Don’t use a capacity solution to fix a complexity problem

If you only have a hammer in your toolbox, every problem looks like a nail.

Successful problem solvers often struggle to identify the root cause of the problem they’re trying to fix.  Ron Ashkenas, the author of a new book called Simply Effective, offers up an interesting way to define organizational challenges, seeing them as either capacity problems and complexity problems.

Capacity problems require more, fewer, or different resources to solve them.  Complexity problems require new thinking and a creative approach, says Ashkenas in a recent Harvard Business blog posting.

Too many executives decide their problems are “capacity-based,” and focus on the resources they need to solve them.  All too often, they find themselves solving complexity issues with a capacity solution.

Ashkenas uses President Obama’s decision to send troops into Afghanistan as a potential capacity solution to a complexity problem (i.e., the need to leave a functioning and secure country behind when we leave).  I believe a lot of companies have similarly used layoffs (a capacity solution) because they couldn’t figure out how to deal with changing customer demand for their products, increased regulatory oversight, or competitors who developed a better mousetrap.

Some might argue that they lacked the will to find a complexity-based solution.  Perhaps.  But it’s been said that if a hammer is the only tool in your toolbox, than you’re going to see every problem as a nail.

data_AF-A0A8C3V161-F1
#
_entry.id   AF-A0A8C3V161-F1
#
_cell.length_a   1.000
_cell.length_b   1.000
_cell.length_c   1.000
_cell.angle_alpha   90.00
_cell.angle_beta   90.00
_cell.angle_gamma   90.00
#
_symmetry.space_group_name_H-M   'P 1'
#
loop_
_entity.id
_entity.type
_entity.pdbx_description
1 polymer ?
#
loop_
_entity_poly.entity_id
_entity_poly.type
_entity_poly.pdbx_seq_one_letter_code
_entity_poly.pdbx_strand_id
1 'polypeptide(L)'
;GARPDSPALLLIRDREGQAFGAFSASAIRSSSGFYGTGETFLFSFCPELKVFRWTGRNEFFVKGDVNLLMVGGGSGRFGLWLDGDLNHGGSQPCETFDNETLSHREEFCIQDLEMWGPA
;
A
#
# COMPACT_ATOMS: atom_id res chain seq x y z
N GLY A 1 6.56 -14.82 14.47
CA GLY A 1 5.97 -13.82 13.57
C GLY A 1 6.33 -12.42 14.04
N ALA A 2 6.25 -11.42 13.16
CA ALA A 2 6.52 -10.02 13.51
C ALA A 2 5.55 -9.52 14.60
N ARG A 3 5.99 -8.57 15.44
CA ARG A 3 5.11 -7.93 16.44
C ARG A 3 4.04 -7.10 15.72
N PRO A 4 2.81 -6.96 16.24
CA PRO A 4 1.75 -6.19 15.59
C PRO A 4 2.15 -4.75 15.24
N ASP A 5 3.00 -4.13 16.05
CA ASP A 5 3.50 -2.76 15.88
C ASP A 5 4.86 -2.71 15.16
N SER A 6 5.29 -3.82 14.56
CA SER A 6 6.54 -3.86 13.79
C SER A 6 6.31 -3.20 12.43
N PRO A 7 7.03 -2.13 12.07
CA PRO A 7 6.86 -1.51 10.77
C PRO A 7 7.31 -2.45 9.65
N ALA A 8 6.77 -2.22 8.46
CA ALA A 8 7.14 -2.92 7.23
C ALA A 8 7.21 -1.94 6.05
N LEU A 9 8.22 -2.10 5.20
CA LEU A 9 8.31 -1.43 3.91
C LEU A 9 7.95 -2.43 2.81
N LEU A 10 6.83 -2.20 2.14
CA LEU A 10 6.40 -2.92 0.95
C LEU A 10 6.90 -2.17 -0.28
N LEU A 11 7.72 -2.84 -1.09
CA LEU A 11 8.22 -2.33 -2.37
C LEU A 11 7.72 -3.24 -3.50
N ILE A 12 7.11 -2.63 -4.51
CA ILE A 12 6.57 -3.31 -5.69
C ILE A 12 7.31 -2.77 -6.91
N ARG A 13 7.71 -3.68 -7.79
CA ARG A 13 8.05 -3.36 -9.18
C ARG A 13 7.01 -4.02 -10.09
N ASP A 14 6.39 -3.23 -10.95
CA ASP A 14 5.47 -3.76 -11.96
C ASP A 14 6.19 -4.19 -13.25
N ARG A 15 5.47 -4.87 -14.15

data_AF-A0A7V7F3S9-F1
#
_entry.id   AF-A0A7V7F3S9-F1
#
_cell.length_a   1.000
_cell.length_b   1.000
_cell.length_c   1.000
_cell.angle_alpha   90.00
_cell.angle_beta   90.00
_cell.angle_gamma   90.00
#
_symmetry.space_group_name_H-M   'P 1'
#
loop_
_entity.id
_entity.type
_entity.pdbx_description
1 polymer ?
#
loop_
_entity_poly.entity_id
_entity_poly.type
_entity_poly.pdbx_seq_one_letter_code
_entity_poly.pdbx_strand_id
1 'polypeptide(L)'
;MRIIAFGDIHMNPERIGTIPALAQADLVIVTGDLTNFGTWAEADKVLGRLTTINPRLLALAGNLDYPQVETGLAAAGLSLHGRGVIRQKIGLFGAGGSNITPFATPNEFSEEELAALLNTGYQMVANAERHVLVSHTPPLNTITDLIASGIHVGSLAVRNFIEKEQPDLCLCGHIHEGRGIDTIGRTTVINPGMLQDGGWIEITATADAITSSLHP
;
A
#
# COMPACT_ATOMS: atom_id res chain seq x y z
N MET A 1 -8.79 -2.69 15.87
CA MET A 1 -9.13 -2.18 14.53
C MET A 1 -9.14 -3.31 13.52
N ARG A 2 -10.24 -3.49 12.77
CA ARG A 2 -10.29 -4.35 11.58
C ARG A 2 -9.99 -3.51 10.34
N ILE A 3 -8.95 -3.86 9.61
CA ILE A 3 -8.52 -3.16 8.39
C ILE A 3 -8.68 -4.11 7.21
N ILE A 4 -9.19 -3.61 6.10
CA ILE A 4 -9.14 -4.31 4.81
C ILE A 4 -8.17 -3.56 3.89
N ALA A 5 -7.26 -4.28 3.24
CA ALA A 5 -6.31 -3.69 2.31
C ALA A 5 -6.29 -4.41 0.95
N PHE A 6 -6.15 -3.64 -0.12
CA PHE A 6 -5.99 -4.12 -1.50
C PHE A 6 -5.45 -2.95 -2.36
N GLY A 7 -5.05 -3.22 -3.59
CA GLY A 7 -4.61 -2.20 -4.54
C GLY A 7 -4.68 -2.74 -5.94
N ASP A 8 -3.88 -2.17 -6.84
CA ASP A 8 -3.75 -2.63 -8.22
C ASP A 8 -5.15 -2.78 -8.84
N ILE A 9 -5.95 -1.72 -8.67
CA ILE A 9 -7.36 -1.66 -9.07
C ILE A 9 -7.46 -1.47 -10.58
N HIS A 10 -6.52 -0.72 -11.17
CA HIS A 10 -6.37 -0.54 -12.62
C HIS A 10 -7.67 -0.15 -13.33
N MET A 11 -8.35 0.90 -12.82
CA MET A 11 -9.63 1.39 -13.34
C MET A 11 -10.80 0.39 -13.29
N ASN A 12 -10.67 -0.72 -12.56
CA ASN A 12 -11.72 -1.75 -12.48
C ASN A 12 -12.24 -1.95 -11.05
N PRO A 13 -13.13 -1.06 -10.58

Think back to the last few problems you’ve had to resolve.  Would you have dealt with them differently if you had taken the time to consider whether the problem was capacity or complexity?


2 thoughts on “Don’t use a capacity solution to fix a complexity problem

  1. A useful way to think about issues, but of course most problems don’t neatly fall into one category or the other. Complexity and capacity are in fact very different concepts. Complexity is an issue of scale and perspective. Any system (e.g., ecological, market, technological, etc.) can be viewed at different scales (e.g., market, firm, unit, product, etc.). The organization and relationships at any given scale influence other scales. If the issue is simply that the system at one scale (e.g., market) is demanding more from the system at another scale (firm), it simplifies to an issue of increased capacity. But in many cases, other factors are coming into play that change the system (new firms, new technologies, etc.) that require changes to not just capacity but strategy, organization, etc. So, I would think you need to start with the notion that any problem of real interest exists inside a complex system. One can then look at how the problem manifests itself at different scales and develop appropriate solutions – capacity being one. I think if you look President Obama’s decision in that light it would become clear that in fact there is multi-scale thinking and more than just a capacity solution.

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